RACING NEWS BRIEF
Monday, 27 January 2014: Waller Imports; Bull Point; Overreach; Cauthen; San Diego; Cyril Small; Peter Mertens
WALLER’S NEW IMPORTS
Another classy import has landed in Australia to be trained by Chris Waller.
Dansili gelding Now’s The Time, a winner of a 1700m race at Longchamp for Alain de Royer Dupre, will count as one of the best bred imports to join the Waller team.
His dam is Royer Dupre’s former champion mare Pride, a daughter of Peintre Celebre who won three G1 races including the 2006 Hong Kong Cup and was second in the Prix de l’Arc de Triomphe.
Reliable Man, who went to stud in New Zealand last spring after winning last year’s Queen Elizabeth Stakes at Randwick for Waller, has shuttled to Europe where Pride will be among the mares he will cover while standing in Germany this year.
Waller’s new imports also include Circus Turn, a Street Cry gelding formerly trained in the UK by Sir Michael Stoute for Queen Elizabeth. Stoute gave Circus Turn seven starts for two wins at Goodwood and Sandown Park.
The Gai Waterhouse-trained Bull Point has become the talk of Melbourne ahead of his southern debut at Caulfield next Saturday.
The exciting three-year-old is the horse the spring passed by as Waterhouse spelled him after his amazing effort for third in the G1 Golden Rose won by $18 million colt Zoustar at Rosehill in September when he came from five lengths last at the 600m.
Damien Oliver attracted more attention to Bull Point when he decided to take up the offer to ride him in his Melbourne campaign over the highly regarded Prince Harada from the Tony Vasil stable.
We’ll know if Oliver is a good judge after Saturday when Bull Point clashes with Prince Harada (Blake Shinn) in the Manfred Stakes.
The Gai Waterhouse stable did its best to keep the lid on the setback suffered by Golden Slipper winner Overreach in Melbourne that has ruled her out for the autumn.
The first inkling of a problem surfaced last week when Overreach was not among the Waterhouse’s entries for the Newmarket Handicap.
Waterhouse has since been coy about the extent of the filly’s problems apart from confirming that she is going back to owner George Altomonte's Corumbene Stud for another spell.
A Melbourne campaign for top Kiwi three-year-old Cauthen is in limbo after his first-up defeat as a hot favourite at Trentham on Saturday.
“If he had run up to his Melbourne spring form he would have won that easily,” said the colt’s disappointed trainer Andrew Campbell.
“Put it this way, it wasn’t the result we were looking for when he’s meant to be catching a plane.
Any plans we’ve got for him are in a bit of disarray.”
Meanwhile Inglis Classic flop Vinnie Eagle has returned to New Zealand for a short spell.
Trainer Tony Pike has reported to Sydney stewards that Vinnie Eagle had no obvious problems and in his opinion the poor performance by the previously unbeaten youngster was due to heat stress.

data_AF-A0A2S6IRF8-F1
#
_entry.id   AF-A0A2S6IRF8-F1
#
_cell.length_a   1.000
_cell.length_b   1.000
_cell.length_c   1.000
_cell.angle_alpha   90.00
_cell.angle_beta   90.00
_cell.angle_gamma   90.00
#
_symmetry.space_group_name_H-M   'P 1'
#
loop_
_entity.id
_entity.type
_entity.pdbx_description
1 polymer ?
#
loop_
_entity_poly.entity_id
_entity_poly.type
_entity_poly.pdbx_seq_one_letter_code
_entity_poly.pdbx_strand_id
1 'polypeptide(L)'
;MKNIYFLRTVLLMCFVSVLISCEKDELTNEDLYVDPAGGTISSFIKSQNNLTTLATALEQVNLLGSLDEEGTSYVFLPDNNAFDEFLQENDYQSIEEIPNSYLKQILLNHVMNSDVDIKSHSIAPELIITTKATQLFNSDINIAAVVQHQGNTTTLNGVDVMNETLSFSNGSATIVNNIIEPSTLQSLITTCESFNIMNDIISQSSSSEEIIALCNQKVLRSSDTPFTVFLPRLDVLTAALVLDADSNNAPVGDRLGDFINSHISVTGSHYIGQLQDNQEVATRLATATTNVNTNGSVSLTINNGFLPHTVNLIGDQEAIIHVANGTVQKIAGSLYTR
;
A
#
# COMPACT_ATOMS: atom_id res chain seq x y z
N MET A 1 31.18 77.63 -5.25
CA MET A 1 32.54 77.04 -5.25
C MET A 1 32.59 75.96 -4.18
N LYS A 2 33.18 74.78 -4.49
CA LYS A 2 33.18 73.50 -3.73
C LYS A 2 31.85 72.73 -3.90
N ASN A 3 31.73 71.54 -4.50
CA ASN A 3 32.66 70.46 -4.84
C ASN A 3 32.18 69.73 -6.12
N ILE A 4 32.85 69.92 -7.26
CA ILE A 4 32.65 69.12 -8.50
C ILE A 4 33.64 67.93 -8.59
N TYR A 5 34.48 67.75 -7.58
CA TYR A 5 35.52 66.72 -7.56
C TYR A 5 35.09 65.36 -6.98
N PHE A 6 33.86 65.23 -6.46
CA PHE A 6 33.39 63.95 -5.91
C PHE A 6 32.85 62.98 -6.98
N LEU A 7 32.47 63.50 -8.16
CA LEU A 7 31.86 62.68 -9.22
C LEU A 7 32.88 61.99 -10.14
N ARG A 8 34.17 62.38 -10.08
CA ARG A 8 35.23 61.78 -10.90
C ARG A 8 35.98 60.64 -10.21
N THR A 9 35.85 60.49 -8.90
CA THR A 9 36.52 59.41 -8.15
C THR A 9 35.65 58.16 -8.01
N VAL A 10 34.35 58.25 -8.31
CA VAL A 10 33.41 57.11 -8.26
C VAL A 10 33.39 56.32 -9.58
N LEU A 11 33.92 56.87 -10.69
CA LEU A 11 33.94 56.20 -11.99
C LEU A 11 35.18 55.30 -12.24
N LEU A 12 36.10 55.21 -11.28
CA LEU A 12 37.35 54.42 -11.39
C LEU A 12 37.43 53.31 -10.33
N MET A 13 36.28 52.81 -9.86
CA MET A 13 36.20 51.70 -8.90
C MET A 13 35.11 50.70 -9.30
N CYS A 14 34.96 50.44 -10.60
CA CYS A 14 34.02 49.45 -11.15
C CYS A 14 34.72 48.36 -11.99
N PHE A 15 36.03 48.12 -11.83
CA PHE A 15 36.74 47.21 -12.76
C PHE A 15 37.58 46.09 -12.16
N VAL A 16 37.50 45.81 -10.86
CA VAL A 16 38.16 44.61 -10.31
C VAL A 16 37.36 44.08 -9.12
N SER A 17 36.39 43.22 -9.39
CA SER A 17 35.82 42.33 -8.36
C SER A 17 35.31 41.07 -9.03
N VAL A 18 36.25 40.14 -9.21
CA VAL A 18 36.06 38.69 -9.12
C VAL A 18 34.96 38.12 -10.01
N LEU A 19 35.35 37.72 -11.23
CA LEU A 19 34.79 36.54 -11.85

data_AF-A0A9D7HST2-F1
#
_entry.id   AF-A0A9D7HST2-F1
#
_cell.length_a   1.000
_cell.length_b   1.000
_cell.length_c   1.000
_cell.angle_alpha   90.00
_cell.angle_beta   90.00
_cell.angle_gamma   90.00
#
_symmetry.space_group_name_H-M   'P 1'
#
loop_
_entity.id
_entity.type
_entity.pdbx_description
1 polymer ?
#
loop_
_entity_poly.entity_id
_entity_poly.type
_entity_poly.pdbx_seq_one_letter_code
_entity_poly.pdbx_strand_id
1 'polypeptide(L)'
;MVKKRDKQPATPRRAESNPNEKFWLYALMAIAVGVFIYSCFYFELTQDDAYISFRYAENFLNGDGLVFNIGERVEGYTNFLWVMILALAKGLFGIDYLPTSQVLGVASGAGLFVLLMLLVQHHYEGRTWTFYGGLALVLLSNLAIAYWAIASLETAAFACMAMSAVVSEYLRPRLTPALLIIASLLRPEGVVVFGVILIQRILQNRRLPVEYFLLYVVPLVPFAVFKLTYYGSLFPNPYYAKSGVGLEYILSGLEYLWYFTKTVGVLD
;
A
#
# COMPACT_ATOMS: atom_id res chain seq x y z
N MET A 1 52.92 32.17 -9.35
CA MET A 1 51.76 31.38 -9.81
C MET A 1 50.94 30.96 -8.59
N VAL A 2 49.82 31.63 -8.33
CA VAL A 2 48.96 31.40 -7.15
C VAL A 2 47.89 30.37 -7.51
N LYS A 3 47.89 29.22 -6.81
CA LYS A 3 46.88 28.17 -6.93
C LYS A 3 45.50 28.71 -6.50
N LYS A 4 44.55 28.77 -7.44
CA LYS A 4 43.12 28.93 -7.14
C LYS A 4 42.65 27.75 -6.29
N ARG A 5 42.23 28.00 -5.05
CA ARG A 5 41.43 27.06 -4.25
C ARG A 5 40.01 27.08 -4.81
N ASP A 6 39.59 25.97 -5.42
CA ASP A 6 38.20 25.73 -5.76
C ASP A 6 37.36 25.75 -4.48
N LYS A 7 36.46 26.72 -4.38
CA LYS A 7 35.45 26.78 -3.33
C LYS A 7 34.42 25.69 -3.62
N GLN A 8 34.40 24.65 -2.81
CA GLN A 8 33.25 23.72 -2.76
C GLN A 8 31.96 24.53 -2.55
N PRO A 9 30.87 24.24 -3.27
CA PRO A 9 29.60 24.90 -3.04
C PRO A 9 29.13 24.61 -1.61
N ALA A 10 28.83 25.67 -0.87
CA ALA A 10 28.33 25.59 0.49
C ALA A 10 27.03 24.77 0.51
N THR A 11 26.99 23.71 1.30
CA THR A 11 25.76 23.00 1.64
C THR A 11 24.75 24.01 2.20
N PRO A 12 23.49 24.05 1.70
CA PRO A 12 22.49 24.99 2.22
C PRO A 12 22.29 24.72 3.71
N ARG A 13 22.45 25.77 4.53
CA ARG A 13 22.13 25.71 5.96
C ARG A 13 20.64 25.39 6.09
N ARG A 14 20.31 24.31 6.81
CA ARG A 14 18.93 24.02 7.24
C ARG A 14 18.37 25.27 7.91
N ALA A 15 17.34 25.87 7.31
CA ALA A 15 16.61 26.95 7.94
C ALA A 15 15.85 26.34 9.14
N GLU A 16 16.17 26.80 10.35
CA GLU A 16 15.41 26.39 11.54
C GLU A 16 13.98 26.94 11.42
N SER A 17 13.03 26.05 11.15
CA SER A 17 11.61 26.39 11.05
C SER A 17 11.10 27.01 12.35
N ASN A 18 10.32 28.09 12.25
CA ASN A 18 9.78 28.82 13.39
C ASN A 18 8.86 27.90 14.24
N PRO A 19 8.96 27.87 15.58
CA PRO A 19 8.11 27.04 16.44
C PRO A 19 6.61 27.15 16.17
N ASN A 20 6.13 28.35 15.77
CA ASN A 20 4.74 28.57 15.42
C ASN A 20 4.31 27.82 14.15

Peter Snowden has tabbed San Diego as his leading contender for the $500,000 Australian Guineas at Flemington with stablemate Complacent to stay in Sydney.
San Diego was runner-up in the G3 Norman Robinson Stakes at Caulfield in October before he failed in the Victoria Derby behind Polanski and Complacent.
He spelled in Victoria and is slated to run second up in the Australian Guineas after resuming in the G3 C.S. Hayes Stakes (1400m) at Flemington on February 15 while Complacent is set to resume in the Hobartville Stakes at Rosehill on March 1.
Still on the Guineas and Bart and James Cummings have added Eurozone, Brook Road and Shamalia as late entries for the March 1 feature.
NEVER TOO OLD
Veteran Queensland jockey Cyril Small broke an eight year drought when he rode his first Brisbane winner since 2005 at Doomben last week.
Small still boots home his share of winners out of town but a city win was a reminder of the time he was constantly in the headlines as the popular rider of Queensland star Vo Rogue.
Small rode Vo Rogue in 68 of his 83 starts and was aboard in 22 of the grand front runner’s 26 wins.
Small is now 55 and has outlasted Vo Rogue, who died in 2012 at the age of 28.
With Small’s win the question of who is Australia’s oldest active jockey riding regularly at TAB meetings is again on the board.
Canberra’s Kevin Sweeney is certainly a candidate after he celebrated his 60th birthday earlier this month.
ANXIOUS WAIT MERTENS
It will be March before popular Victorian jockey Peter Mertens gets a clear picture of when he can contemplate a return to the saddle.tens
Mertens turns 51 on March 4 and his best birthday present will be a positive report from a specialist on how the injuries he suffered in a nasty race fall at Hamilton in November have mended.
He suffered a collapsed lung, fractured right ankle and left shoulder, three broken ribs and damaged ligaments in a knee when he was speared into the turf after his mount broke down.
The injuries left him in a wheel chair for a month and he still has a knee in a brace and wears a protective moon boot on one foot.
He realizes he will need a lot of physiotherapy to regain his fitness but is adamant he is not contemplating retirement.
“At the time I thought my career would be over. I admit I was pretty worried,” he said.
“But I never had one thought about giving riding away.”
He also has a special incentive driving him to get back to riding as soon as possible.
His 16-old son Beau has begun an apprenticeship with Cranbourne trainer Michael Kent and is close to getting his clearance to ride in races.
“My last ambition is to ride against Beau and have a photo of father and son in a close finish,” Mertens said.
Mertens has ridden more than 2500 winners but his career could have ended in 1989 when he broke his neck in a fall at Pakenham that sidelined him for 14 months.